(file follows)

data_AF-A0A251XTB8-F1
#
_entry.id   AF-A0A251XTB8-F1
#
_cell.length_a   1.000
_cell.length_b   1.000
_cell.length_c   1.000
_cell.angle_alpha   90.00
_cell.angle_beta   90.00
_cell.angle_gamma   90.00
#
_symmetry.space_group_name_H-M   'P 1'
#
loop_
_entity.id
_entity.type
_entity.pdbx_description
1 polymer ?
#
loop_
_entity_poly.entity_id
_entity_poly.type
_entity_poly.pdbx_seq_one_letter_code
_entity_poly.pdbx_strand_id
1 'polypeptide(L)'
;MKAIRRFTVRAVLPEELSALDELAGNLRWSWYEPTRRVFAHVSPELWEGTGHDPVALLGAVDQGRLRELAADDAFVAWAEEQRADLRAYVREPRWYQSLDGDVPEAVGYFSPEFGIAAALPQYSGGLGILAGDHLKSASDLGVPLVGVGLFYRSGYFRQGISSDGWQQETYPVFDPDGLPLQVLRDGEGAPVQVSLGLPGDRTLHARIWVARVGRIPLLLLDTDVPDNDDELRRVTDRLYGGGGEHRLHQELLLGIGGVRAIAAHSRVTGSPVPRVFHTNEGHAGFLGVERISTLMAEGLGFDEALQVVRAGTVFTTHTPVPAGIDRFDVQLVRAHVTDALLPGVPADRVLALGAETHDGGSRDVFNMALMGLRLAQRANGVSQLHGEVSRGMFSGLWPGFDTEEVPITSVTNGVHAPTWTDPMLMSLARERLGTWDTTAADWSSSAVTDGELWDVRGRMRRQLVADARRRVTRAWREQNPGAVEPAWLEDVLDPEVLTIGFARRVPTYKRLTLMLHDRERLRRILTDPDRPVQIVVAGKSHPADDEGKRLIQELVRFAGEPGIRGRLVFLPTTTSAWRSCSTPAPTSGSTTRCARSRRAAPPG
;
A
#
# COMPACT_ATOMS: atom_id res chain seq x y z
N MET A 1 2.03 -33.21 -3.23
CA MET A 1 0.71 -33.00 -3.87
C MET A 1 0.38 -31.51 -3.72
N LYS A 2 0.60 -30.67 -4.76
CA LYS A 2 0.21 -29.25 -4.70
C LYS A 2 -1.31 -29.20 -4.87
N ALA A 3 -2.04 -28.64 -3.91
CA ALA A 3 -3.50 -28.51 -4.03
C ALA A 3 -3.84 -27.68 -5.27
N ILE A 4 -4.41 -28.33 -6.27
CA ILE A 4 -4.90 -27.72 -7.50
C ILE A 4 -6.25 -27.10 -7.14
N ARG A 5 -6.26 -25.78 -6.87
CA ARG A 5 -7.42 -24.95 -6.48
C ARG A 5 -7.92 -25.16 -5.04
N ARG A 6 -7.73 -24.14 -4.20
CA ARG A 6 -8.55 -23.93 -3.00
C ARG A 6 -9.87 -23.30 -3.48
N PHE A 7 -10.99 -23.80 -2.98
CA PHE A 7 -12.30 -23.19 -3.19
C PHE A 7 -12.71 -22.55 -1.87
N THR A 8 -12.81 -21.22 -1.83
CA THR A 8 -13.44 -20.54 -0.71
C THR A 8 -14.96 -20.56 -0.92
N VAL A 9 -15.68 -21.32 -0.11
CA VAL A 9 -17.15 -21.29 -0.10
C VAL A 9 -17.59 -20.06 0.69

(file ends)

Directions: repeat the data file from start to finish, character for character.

data_AF-A0A251XTB8-F1
#
_entry.id   AF-A0A251XTB8-F1
#
_cell.length_a   1.000
_cell.length_b   1.000
_cell.length_c   1.000
_cell.angle_alpha   90.00
_cell.angle_beta   90.00
_cell.angle_gamma   90.00
#
_symmetry.space_group_name_H-M   'P 1'
#
loop_
_entity.id
_entity.type
_entity.pdbx_description
1 polymer ?
#
loop_
_entity_poly.entity_id
_entity_poly.type
_entity_poly.pdbx_seq_one_letter_code
_entity_poly.pdbx_strand_id
1 'polypeptide(L)'
;MKAIRRFTVRAVLPEELSALDELAGNLRWSWYEPTRRVFAHVSPELWEGTGHDPVALLGAVDQGRLRELAADDAFVAWAEEQRADLRAYVREPRWYQSLDGDVPEAVGYFSPEFGIAAALPQYSGGLGILAGDHLKSASDLGVPLVGVGLFYRSGYFRQGISSDGWQQETYPVFDPDGLPLQVLRDGEGAPVQVSLGLPGDRTLHARIWVARVGRIPLLLLDTDVPDNDDELRRVTDRLYGGGGEHRLHQELLLGIGGVRAIAAHSRVTGSPVPRVFHTNEGHAGFLGVERISTLMAEGLGFDEALQVVRAGTVFTTHTPVPAGIDRFDVQLVRAHVTDALLPGVPADRVLALGAETHDGGSRDVFNMALMGLRLAQRANGVSQLHGEVSRGMFSGLWPGFDTEEVPITSVTNGVHAPTWTDPMLMSLARERLGTWDTTAADWSSSAVTDGELWDVRGRMRRQLVADARRRVTRAWREQNPGAVEPAWLEDVLDPEVLTIGFARRVPTYKRLTLMLHDRERLRRILTDPDRPVQIVVAGKSHPADDEGKRLIQELVRFAGEPGIRGRLVFLPTTTSAWRSCSTPAPTSGSTTRCARSRRAAPPG
;
A
#
# COMPACT_ATOMS: atom_id res chain seq x y z
N MET A 1 2.03 -33.21 -3.23
CA MET A 1 0.71 -33.00 -3.87
C MET A 1 0.38 -31.51 -3.72
N LYS A 2 0.60 -30.67 -4.76
CA LYS A 2 0.21 -29.25 -4.70
C LYS A 2 -1.31 -29.20 -4.87
N ALA A 3 -2.04 -28.64 -3.91
CA ALA A 3 -3.50 -28.51 -4.03
C ALA A 3 -3.84 -27.68 -5.27
N ILE A 4 -4.41 -28.33 -6.27
CA ILE A 4 -4.90 -27.72 -7.50
C ILE A 4 -6.25 -27.10 -7.14
N ARG A 5 -6.26 -25.78 -6.87
CA ARG A 5 -7.42 -24.95 -6.48
C ARG A 5 -7.92 -25.16 -5.04
N ARG A 6 -7.73 -24.14 -4.20
CA ARG A 6 -8.55 -23.93 -3.00
C ARG A 6 -9.87 -23.30 -3.48
N PHE A 7 -10.99 -23.80 -2.98
CA PHE A 7 -12.30 -23.19 -3.19
C PHE A 7 -12.71 -22.55 -1.87
N THR A 8 -12.81 -21.22 -1.83
CA THR A 8 -13.44 -20.54 -0.71
C THR A 8 -14.96 -20.56 -0.92
N VAL A 9 -15.68 -21.32 -0.11
CA VAL A 9 -17.15 -21.29 -0.10
C VAL A 9 -17.59 -20.06 0.69